April 22, 2010
Economic and Budget Issue Brief
Each year, even when the economy is growing, millions of people lose a job for reasons other than poor performance or misconduct. The ability of employers to quickly adjust the size of their workforces in response to changes in demand is generally considered a source of strength for the U.S. economy over the long term, because it prompts a shift of labor resources toward areas of higher productivity. Some people, however, bear substantial costs from employers’ flexibility—particularly during recessions, when many people lose jobs and new opportunities are relatively scarce.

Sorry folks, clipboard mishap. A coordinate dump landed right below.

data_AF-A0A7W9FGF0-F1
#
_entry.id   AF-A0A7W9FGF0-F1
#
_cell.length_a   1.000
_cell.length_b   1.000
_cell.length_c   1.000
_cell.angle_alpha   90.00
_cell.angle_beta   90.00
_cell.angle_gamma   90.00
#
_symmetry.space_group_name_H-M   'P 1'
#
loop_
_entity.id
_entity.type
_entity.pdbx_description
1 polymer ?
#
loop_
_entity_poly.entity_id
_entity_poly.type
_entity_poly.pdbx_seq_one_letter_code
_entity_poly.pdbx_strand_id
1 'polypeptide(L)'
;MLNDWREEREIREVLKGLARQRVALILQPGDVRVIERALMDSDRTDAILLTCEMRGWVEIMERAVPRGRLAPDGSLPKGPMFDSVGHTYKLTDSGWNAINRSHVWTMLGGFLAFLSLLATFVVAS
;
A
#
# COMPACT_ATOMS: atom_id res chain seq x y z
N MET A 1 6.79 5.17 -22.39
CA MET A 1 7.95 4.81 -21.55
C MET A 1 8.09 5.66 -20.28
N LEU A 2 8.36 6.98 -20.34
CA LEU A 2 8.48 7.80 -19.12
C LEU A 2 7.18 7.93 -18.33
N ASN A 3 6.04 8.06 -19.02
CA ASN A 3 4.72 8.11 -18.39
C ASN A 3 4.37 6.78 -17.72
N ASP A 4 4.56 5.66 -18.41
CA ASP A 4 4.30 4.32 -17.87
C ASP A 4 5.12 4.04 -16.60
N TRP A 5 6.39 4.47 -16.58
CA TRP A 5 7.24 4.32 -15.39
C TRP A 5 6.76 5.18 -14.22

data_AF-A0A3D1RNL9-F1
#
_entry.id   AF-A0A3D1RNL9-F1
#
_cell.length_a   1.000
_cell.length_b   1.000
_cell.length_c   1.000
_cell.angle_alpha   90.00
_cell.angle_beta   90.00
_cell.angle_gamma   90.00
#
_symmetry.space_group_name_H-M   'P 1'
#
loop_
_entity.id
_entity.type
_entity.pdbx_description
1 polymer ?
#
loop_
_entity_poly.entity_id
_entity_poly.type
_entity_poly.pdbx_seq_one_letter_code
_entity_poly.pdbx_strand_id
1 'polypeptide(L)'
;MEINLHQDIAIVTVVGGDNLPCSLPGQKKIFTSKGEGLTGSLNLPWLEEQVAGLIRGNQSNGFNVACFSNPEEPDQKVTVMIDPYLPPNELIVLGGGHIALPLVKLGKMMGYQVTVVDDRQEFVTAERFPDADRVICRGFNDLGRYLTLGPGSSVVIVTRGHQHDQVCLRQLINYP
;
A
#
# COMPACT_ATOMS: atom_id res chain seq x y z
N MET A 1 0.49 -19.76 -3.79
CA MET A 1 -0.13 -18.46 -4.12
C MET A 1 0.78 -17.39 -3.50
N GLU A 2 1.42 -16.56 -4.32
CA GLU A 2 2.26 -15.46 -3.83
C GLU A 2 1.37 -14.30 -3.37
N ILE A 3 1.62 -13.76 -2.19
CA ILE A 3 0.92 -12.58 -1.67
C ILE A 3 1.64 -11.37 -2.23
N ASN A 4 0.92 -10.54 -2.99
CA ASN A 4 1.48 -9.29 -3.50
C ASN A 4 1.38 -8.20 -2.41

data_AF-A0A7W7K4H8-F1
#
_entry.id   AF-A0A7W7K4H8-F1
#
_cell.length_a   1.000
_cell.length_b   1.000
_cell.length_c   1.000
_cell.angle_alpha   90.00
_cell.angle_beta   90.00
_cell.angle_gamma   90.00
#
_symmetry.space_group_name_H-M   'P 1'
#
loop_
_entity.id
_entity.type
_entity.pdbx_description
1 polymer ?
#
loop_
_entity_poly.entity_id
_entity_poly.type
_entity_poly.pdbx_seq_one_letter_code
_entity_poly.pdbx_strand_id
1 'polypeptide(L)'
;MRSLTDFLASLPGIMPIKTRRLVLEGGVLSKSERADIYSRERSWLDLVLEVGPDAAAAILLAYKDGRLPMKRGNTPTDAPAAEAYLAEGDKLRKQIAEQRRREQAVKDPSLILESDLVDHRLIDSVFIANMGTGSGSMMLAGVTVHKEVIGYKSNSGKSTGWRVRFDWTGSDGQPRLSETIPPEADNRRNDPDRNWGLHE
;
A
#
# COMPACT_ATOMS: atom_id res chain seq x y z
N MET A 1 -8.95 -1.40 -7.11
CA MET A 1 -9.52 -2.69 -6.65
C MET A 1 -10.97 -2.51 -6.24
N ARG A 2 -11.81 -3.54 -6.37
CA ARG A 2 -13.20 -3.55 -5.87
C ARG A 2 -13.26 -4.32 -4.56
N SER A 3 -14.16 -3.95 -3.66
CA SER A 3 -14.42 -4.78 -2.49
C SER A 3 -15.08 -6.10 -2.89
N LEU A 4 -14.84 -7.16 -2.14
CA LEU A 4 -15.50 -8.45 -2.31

This issue brief reviews the research on the short- and long-term effects of involuntary job loss for reasons other than poor performance or misconduct on people’s future employment and earnings. In light of the recession that began in December 2007 and CBO’s projection that, under current law, the unemployment rate will remain elevated for a number of years, the brief focuses on the effects of involuntary job loss during periods of weak economic activity. The brief also summarizes some of the government programs that help people who have lost their job.